59. You’re a nitpicker, and you’re again using data incorrectly. The way they do those averages is that they also average the house’s size and dimensions and then give an average based upon those averages (a 3 Br 1.93 BA, 1670 foot house for 900 odd K or whatever. So THAT gets even more distorted. If you go purely on price it looks a whole lot different, as I’ve shown. Do you need your toys taken away?
    Also, nobody learned median and mean in the 4th grade.

  60. AT
    Thank you for the link. It shows clearly that the LP/SP ratio changes, exactly the ratio I pointed out (between 0.9 to 1.1).
    You know very well that average price is not an accurate indicator. You can argue against median price due to mix, but that doesn’t make average better.

  61. A.t never got an answer, so will ask for a third time.
    if median list price is such a good indicator of the market then how come the SFR median list price showed a big increase during 2008, when everyone knows prices were falling then? If I had come on this site then and claimed that prices were rising because the Paragon list price says so, I would have been laughed out of town. And rightly so.
    In fact, the graph shows falls during 06 and 07, increases in 08 and 1st half of 09 and then falls again.
    Thats probably the exact opposite of what happened to prices, yet you claims its a good measure??
    Meanwhle, while I agree the median (and, yes I prefer median to average) SALES price has to be interpeted with great care, I believe the graph of that has roughly plotted what actually happened in SF. Peak in 07, some slight falls during 08, a big downward shock in fall 08/early 09 and then a pretty solid recovery.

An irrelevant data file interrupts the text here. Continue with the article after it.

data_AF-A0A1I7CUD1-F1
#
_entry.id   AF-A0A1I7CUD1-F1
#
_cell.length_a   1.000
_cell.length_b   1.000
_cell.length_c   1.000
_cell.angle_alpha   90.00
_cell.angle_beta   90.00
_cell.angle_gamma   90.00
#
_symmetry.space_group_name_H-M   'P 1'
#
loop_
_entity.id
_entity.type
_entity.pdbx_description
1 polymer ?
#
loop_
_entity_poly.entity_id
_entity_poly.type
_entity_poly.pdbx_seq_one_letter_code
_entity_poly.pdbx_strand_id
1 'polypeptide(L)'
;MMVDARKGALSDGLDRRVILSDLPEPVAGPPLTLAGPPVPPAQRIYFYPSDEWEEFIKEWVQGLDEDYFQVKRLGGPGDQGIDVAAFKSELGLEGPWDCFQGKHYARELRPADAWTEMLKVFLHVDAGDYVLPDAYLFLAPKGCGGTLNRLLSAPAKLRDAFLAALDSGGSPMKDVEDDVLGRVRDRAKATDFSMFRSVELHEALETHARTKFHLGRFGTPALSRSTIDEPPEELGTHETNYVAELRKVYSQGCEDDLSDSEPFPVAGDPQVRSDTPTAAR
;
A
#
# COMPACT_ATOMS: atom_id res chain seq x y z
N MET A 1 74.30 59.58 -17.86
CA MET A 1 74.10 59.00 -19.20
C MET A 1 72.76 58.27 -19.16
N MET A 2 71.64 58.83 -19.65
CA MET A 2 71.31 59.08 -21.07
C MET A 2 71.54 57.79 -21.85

62. Who is fluj? I’m anonn. Fluj had a lot of baggage anonn doesn’t know much about. I know average is not the best. Nor, in some situations, is median, for that matter. They also don’t typically have 150K swings between them based purely on price with large datasets.
    Go ahead and run median for SFRs YTD versus last year to this date. This year YTD is 80K higher.
    I only use average because it’s right there. I don’t work for message board nitpickers, you know?

  63. Here is some data I had handy. Don’t have 2010 YTD, but easy to get.
    Homes-Citywide 2008 2009 % Change
    Avg List Price $1,274,299 $1,148,335 -9.88%
    Avg Sale Price $1,284,994 $1,133,321 -11.80%
    Median Sale Price $930,000 $835,000 -10.22%
    Total Sales 1663 1591 -4.33%
    Condos-Citywide 2008 2009 % Change
    Avg List Price $911,911 $816,806 -10.43%
    Avg Sale Price $908,578 $793,300 -12.69%
    Median Sale Price $775,000 $684,708 -11.65%
    Total Sales 1855 1651 -11.00%

  64. Had my agent pull Q1-2009 versus Q1-2010 actual sale prices, both average and median, for all SF. Summary, volume up, prices flat, but trending positive. Even condo market in district 9 is only off about 6% on both avg. and median sales prices, which really surprised me with all the defaults. Prices/sq. ft. have stayed steady at $600/sq. ft. with volume doubling from 77 to 144 units sold.
    SFR Q12009 Q12010 %Change
    Avg Sale Price $1,067,113 $1,174,897 10.10%
    Median Sale Price $810,000 $825,000 1.85%
    Avg. Price/Sq. Ft. $625 $629 0.72%
    Total Sales 219 336 53.42%
    Condos Q12009 Q12010 %Change
    Avg Sale Price $769,347 $ 764,060 -0.69%
    Median Sale Price $663,000 $663,000 0.00%
    Avg. Price/Sq. Ft. $655 $647 -1.28%
    Total Sales 227 383 68.72%